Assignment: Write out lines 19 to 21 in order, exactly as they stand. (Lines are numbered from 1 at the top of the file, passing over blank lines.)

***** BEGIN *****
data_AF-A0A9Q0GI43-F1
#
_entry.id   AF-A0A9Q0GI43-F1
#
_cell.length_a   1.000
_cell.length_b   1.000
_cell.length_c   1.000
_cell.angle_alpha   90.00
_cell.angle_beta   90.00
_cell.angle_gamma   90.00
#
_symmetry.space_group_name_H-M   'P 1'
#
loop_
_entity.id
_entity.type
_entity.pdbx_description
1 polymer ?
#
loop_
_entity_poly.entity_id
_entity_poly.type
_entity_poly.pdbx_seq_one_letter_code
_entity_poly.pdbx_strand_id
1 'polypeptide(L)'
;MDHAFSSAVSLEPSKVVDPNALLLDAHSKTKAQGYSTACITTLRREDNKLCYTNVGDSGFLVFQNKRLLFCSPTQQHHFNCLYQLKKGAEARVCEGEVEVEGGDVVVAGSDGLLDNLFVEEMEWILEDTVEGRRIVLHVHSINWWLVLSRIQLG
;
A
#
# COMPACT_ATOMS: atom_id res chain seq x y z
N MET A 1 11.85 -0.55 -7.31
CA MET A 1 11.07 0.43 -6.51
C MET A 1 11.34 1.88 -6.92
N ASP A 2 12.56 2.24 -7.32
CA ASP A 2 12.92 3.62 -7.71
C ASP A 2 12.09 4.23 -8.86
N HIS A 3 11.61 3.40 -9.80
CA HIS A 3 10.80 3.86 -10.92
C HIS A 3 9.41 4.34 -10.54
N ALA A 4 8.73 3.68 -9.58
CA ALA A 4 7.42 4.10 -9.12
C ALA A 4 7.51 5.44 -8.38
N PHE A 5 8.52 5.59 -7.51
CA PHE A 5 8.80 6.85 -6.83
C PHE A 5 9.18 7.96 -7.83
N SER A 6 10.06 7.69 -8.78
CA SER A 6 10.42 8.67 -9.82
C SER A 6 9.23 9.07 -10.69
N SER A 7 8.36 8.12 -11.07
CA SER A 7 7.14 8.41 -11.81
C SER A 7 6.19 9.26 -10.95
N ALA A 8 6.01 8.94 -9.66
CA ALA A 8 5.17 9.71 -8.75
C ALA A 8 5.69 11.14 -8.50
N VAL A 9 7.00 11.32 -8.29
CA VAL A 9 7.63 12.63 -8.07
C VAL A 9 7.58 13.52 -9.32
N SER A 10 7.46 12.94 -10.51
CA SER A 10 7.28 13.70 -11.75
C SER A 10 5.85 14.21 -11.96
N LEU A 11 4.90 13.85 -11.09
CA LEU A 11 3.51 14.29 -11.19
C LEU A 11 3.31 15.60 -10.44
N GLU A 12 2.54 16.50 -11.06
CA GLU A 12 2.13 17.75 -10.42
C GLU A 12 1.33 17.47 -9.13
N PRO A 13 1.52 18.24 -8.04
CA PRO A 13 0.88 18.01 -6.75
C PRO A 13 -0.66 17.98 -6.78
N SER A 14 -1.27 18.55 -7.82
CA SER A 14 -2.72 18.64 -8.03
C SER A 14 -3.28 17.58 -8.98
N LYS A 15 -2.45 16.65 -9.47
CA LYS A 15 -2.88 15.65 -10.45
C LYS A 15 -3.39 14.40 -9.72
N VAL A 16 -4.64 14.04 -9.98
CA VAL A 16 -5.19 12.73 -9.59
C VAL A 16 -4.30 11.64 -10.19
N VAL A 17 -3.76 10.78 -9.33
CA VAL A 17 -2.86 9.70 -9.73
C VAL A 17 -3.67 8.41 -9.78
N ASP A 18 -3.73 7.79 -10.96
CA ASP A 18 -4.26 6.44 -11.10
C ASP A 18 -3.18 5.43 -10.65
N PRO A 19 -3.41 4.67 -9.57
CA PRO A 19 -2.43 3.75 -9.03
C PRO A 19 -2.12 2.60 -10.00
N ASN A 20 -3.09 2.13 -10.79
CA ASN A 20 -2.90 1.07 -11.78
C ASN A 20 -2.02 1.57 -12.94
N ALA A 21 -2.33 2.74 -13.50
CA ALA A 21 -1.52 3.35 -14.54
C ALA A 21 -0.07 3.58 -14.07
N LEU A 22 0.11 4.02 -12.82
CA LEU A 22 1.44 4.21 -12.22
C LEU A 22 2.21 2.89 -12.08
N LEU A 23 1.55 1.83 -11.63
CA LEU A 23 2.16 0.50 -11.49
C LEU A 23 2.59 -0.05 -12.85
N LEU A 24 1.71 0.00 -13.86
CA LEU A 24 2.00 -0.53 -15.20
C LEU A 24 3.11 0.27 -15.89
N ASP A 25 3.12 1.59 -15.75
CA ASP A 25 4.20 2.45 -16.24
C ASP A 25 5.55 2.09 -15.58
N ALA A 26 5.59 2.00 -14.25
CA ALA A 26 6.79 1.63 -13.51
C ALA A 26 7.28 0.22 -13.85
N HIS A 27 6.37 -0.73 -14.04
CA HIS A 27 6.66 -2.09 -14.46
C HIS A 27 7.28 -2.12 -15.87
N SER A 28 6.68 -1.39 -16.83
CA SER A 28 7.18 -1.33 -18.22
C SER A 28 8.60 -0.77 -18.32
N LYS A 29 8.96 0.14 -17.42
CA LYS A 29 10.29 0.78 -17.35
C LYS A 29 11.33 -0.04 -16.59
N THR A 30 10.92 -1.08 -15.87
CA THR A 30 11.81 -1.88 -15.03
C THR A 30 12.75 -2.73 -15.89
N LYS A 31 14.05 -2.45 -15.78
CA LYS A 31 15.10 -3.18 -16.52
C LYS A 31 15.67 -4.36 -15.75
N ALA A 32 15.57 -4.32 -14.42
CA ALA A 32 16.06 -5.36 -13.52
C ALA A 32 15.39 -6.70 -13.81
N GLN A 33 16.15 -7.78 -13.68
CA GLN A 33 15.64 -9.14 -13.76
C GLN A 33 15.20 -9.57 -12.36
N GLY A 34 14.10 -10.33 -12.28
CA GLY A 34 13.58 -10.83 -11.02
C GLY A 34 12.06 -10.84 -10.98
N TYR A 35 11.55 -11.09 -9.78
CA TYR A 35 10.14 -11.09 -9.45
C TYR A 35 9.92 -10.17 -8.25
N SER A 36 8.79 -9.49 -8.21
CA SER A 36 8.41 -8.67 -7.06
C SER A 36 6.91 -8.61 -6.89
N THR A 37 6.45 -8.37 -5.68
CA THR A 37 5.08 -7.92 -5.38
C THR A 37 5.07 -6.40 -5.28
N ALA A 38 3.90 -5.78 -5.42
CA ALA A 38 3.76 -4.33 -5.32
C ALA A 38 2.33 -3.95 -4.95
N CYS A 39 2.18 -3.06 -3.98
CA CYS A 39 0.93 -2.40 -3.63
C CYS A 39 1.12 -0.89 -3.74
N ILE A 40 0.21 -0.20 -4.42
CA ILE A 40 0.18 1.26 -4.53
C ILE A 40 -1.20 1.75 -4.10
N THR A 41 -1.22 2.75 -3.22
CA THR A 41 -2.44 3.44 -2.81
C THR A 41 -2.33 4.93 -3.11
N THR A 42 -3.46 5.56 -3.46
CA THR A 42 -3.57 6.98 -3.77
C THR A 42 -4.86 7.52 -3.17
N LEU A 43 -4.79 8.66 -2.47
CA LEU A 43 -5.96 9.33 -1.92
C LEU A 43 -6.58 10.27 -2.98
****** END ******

#
loop_
_entity_poly.entity_id